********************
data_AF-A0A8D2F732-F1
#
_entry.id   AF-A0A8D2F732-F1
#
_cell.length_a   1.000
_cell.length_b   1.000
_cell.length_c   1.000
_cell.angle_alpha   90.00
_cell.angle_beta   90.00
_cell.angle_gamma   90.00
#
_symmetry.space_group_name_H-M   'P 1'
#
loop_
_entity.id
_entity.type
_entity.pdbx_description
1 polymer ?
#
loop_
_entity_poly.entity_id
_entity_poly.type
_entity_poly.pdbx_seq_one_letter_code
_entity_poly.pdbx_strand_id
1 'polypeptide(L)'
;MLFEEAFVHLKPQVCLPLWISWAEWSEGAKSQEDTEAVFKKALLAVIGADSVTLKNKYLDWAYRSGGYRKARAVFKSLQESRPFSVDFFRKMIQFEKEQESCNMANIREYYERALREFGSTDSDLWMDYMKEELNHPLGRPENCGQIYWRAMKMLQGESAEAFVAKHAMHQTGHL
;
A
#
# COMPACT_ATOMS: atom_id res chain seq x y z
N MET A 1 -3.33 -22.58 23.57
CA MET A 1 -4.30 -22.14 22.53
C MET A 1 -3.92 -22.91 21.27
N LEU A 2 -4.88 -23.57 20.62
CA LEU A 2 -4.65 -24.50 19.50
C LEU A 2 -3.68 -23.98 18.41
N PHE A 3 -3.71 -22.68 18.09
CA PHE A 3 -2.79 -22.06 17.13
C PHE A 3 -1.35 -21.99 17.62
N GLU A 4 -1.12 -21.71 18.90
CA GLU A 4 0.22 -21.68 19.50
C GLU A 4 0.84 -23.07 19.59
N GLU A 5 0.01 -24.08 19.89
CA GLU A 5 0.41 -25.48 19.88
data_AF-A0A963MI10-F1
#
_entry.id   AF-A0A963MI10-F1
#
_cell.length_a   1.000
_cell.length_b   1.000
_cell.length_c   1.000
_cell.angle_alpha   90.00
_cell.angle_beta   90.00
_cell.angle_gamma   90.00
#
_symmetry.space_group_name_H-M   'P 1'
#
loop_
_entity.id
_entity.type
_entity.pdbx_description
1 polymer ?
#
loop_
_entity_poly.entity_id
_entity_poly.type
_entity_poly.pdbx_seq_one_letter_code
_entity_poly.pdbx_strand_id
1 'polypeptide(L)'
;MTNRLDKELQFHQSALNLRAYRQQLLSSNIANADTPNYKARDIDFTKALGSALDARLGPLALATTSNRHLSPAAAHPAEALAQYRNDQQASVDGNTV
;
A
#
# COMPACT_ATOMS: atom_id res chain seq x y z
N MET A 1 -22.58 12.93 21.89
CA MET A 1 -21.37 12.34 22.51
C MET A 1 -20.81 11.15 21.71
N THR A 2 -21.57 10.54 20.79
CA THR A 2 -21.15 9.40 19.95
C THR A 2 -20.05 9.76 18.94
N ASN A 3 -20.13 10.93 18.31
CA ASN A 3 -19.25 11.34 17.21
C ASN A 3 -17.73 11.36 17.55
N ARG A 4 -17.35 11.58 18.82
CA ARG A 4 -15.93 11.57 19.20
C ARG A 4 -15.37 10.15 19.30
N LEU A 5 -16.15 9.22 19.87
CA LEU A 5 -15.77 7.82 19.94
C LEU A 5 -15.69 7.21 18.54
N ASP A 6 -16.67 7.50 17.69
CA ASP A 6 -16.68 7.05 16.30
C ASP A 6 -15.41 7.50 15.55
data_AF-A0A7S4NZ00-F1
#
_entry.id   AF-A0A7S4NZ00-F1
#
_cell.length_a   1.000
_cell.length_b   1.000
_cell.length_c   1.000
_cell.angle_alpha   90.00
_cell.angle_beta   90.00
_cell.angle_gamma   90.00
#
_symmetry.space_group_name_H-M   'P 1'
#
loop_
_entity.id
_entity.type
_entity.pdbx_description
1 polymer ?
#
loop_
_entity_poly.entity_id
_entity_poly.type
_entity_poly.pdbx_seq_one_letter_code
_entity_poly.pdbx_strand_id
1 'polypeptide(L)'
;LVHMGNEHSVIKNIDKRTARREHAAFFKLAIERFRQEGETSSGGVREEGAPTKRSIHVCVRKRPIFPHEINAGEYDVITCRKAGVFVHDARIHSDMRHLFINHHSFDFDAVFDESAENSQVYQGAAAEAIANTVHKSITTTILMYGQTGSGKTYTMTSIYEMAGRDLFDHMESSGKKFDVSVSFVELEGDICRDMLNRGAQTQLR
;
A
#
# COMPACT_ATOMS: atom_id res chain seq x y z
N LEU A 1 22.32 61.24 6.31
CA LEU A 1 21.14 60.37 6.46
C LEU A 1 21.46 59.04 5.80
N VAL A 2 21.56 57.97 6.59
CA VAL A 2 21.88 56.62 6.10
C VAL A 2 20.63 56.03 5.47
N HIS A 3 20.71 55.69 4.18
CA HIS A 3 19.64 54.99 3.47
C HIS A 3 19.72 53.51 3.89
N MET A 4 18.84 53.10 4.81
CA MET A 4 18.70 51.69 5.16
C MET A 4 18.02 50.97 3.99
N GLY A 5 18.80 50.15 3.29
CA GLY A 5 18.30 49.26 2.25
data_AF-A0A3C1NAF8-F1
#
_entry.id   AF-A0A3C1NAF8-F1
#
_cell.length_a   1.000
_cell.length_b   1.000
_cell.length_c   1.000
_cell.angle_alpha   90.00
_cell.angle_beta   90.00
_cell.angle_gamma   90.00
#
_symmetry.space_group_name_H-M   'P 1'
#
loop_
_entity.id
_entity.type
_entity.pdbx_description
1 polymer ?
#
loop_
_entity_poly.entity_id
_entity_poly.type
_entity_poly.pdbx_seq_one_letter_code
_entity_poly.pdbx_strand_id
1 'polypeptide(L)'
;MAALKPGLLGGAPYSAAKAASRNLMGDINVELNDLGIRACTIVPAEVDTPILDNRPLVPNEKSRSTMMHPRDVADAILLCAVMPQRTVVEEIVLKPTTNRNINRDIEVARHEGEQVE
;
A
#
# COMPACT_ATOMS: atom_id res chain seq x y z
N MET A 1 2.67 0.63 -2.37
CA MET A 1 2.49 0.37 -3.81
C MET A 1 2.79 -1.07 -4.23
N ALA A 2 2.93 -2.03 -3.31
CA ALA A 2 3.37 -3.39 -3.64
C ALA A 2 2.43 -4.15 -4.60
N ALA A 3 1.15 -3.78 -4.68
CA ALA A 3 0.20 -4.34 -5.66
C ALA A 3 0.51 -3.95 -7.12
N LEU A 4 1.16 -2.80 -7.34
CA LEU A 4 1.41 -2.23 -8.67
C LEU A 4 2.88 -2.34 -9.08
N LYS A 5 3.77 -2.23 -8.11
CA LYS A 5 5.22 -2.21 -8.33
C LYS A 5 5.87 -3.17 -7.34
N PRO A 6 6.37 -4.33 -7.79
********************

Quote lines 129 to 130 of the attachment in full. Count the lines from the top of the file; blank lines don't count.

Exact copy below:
N HIS A 3 20.71 55.69 4.18
CA HIS A 3 19.64 54.99 3.47